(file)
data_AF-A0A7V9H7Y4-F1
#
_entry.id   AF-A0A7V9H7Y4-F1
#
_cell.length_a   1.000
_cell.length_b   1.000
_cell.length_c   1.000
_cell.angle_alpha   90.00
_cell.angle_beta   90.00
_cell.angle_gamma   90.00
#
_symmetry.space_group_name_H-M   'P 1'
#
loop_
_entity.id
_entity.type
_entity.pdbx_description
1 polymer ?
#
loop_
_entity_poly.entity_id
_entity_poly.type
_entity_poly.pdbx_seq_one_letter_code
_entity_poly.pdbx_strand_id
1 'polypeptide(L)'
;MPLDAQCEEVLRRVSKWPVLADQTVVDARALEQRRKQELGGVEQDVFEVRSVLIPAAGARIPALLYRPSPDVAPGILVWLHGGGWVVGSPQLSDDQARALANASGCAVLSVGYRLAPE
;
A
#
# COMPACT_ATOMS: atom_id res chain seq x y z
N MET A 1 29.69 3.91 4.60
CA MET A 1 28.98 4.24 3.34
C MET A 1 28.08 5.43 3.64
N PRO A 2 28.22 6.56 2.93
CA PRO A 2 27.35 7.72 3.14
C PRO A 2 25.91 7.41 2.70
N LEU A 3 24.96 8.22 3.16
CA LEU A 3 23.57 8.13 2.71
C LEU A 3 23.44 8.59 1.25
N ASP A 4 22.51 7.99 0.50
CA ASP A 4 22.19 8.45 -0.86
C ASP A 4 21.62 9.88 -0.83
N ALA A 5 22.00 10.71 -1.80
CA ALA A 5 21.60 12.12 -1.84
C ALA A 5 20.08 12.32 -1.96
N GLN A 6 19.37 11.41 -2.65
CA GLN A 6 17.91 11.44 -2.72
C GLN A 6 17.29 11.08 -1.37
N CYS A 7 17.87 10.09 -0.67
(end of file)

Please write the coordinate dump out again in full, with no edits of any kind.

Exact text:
data_AF-A0A7V9H7Y4-F1
#
_entry.id   AF-A0A7V9H7Y4-F1
#
_cell.length_a   1.000
_cell.length_b   1.000
_cell.length_c   1.000
_cell.angle_alpha   90.00
_cell.angle_beta   90.00
_cell.angle_gamma   90.00
#
_symmetry.space_group_name_H-M   'P 1'
#
loop_
_entity.id
_entity.type
_entity.pdbx_description
1 polymer ?
#
loop_
_entity_poly.entity_id
_entity_poly.type
_entity_poly.pdbx_seq_one_letter_code
_entity_poly.pdbx_strand_id
1 'polypeptide(L)'
;MPLDAQCEEVLRRVSKWPVLADQTVVDARALEQRRKQELGGVEQDVFEVRSVLIPAAGARIPALLYRPSPDVAPGILVWLHGGGWVVGSPQLSDDQARALANASGCAVLSVGYRLAPE
;
A
#
# COMPACT_ATOMS: atom_id res chain seq x y z
N MET A 1 29.69 3.91 4.60
CA MET A 1 28.98 4.24 3.34
C MET A 1 28.08 5.43 3.64
N PRO A 2 28.22 6.56 2.93
CA PRO A 2 27.35 7.72 3.14
C PRO A 2 25.91 7.41 2.70
N LEU A 3 24.96 8.22 3.16
CA LEU A 3 23.57 8.13 2.71
C LEU A 3 23.44 8.59 1.25
N ASP A 4 22.51 7.99 0.50
CA ASP A 4 22.19 8.45 -0.86
C ASP A 4 21.62 9.88 -0.83
N ALA A 5 22.00 10.71 -1.80
CA ALA A 5 21.60 12.12 -1.84
C ALA A 5 20.08 12.32 -1.96
N GLN A 6 19.37 11.41 -2.65
CA GLN A 6 17.91 11.44 -2.72
C GLN A 6 17.29 11.08 -1.37
N CYS A 7 17.87 10.09 -0.67